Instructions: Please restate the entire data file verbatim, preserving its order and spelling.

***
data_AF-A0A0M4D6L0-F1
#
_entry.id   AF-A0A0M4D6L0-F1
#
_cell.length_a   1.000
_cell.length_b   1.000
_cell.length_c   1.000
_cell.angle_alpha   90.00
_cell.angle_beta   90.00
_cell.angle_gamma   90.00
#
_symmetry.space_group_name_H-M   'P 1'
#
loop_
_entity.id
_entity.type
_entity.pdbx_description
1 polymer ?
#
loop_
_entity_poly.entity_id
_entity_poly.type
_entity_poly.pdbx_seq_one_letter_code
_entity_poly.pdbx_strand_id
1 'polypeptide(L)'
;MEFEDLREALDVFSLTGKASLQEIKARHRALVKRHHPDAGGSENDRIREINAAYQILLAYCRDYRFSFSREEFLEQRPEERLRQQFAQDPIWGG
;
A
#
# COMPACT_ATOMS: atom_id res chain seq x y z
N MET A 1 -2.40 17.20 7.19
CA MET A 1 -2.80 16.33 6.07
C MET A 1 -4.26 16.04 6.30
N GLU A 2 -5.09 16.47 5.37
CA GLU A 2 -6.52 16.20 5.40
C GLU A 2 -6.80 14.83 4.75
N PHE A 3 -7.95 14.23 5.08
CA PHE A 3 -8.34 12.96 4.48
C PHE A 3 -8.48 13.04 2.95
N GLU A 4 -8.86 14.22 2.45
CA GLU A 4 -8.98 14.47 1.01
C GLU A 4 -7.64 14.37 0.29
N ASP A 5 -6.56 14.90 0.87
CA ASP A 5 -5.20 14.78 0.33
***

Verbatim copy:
data_AF-A0A0M4D6L0-F1
#
_entry.id   AF-A0A0M4D6L0-F1
#
_cell.length_a   1.000
_cell.length_b   1.000
_cell.length_c   1.000
_cell.angle_alpha   90.00
_cell.angle_beta   90.00
_cell.angle_gamma   90.00
#
_symmetry.space_group_name_H-M   'P 1'
#
loop_
_entity.id
_entity.type
_entity.pdbx_description
1 polymer ?
#
loop_
_entity_poly.entity_id
_entity_poly.type
_entity_poly.pdbx_seq_one_letter_code
_entity_poly.pdbx_strand_id
1 'polypeptide(L)'
;MEFEDLREALDVFSLTGKASLQEIKARHRALVKRHHPDAGGSENDRIREINAAYQILLAYCRDYRFSFSREEFLEQRPEERLRQQFAQDPIWGG
;
A
#
# COMPACT_ATOMS: atom_id res chain seq x y z
N MET A 1 -2.40 17.20 7.19
CA MET A 1 -2.80 16.33 6.07
C MET A 1 -4.26 16.04 6.30
N GLU A 2 -5.09 16.47 5.37
CA GLU A 2 -6.52 16.20 5.40
C GLU A 2 -6.80 14.83 4.75
N PHE A 3 -7.95 14.23 5.08
CA PHE A 3 -8.34 12.96 4.48
C PHE A 3 -8.48 13.04 2.95
N GLU A 4 -8.86 14.22 2.45
CA GLU A 4 -8.98 14.47 1.01
C GLU A 4 -7.64 14.37 0.29
N ASP A 5 -6.56 14.90 0.87
CA ASP A 5 -5.20 14.78 0.33